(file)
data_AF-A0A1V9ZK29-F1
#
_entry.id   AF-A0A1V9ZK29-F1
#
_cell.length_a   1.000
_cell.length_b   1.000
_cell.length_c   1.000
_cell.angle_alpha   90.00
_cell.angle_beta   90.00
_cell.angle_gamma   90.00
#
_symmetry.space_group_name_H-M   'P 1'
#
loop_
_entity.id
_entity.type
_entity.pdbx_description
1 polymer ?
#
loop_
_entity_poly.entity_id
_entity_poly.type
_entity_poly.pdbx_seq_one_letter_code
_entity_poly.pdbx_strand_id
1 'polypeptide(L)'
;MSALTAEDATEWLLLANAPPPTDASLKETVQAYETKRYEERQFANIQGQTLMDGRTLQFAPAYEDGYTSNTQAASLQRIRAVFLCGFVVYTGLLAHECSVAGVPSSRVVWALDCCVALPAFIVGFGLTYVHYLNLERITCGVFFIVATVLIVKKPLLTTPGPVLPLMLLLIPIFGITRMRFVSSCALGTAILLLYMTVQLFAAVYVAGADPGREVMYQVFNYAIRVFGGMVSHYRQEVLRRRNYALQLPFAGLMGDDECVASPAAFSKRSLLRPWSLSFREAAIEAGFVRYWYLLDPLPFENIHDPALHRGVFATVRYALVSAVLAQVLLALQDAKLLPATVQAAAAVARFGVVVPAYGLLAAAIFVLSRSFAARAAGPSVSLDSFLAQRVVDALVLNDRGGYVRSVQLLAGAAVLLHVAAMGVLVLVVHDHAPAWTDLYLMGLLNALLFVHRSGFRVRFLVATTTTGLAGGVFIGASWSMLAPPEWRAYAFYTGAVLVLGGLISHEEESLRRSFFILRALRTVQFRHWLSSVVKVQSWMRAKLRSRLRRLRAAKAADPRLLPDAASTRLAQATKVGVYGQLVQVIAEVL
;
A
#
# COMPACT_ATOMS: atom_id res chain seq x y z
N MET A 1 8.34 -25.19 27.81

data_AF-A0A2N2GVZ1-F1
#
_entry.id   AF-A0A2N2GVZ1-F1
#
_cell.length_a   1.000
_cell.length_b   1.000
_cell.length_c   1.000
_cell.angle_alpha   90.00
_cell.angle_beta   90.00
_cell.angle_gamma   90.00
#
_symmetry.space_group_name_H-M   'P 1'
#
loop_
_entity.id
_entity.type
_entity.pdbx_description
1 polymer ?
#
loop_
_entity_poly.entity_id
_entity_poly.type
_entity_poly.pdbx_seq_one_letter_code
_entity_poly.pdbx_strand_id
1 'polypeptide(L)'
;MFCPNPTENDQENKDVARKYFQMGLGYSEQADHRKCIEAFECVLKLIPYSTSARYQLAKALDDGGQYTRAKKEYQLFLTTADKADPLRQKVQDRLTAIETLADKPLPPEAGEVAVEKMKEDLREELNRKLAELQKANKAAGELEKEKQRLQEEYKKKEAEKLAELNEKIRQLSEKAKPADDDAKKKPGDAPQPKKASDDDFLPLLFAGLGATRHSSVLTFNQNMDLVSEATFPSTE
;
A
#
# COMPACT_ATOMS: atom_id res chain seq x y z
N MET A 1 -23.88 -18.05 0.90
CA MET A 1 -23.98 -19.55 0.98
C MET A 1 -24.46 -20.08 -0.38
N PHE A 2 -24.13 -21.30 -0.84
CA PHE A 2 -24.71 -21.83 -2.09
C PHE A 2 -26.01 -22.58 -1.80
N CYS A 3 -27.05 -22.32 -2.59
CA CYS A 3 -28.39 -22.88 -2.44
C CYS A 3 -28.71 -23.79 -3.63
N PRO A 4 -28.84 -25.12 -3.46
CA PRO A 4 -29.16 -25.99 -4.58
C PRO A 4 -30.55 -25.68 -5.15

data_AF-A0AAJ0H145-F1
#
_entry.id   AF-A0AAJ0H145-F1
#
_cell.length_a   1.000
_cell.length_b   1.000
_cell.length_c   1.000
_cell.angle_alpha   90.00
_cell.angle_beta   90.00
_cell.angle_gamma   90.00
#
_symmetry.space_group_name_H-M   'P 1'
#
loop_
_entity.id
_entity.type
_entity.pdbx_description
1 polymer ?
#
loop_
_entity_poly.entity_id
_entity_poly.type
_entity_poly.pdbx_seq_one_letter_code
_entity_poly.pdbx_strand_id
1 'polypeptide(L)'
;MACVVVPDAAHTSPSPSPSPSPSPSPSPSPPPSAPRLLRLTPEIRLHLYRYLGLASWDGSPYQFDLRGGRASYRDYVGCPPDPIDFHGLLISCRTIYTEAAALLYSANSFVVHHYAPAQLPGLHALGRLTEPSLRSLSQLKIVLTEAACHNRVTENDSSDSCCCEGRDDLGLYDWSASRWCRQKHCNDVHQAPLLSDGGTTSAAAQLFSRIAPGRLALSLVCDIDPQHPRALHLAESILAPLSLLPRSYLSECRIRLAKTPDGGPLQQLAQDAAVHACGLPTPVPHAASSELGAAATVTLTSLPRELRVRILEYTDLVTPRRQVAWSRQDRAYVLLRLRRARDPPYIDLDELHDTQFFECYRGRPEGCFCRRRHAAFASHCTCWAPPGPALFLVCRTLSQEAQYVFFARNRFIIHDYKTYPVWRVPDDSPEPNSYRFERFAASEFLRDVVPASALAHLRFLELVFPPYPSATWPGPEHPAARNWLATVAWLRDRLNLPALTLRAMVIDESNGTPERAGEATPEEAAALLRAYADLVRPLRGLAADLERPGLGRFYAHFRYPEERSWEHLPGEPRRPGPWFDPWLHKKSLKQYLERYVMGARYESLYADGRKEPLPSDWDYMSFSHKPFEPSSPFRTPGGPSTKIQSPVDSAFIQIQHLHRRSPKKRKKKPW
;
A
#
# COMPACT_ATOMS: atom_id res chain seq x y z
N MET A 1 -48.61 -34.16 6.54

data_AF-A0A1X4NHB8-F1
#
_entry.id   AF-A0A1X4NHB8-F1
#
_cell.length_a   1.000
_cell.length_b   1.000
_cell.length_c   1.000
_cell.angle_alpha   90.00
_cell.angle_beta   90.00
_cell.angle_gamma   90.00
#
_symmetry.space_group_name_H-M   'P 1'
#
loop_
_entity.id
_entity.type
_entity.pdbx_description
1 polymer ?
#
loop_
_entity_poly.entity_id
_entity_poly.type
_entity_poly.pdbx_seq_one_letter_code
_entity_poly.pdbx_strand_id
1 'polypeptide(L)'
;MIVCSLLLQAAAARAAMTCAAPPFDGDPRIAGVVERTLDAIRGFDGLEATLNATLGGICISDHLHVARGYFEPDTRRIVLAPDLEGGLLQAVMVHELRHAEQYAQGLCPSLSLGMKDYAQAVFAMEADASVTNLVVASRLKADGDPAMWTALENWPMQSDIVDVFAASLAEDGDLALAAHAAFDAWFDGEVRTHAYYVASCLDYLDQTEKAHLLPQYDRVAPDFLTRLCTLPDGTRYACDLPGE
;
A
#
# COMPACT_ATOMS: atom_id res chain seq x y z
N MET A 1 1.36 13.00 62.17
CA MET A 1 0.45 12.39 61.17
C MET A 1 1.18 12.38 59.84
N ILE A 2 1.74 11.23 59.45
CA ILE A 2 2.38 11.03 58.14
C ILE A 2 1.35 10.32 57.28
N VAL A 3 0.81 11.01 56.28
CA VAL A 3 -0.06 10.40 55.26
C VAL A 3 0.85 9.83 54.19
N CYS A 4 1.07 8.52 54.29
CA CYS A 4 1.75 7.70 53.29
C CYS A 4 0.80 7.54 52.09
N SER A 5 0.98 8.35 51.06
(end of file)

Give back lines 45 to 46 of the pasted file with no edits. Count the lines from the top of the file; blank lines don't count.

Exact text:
loop_
_entity.id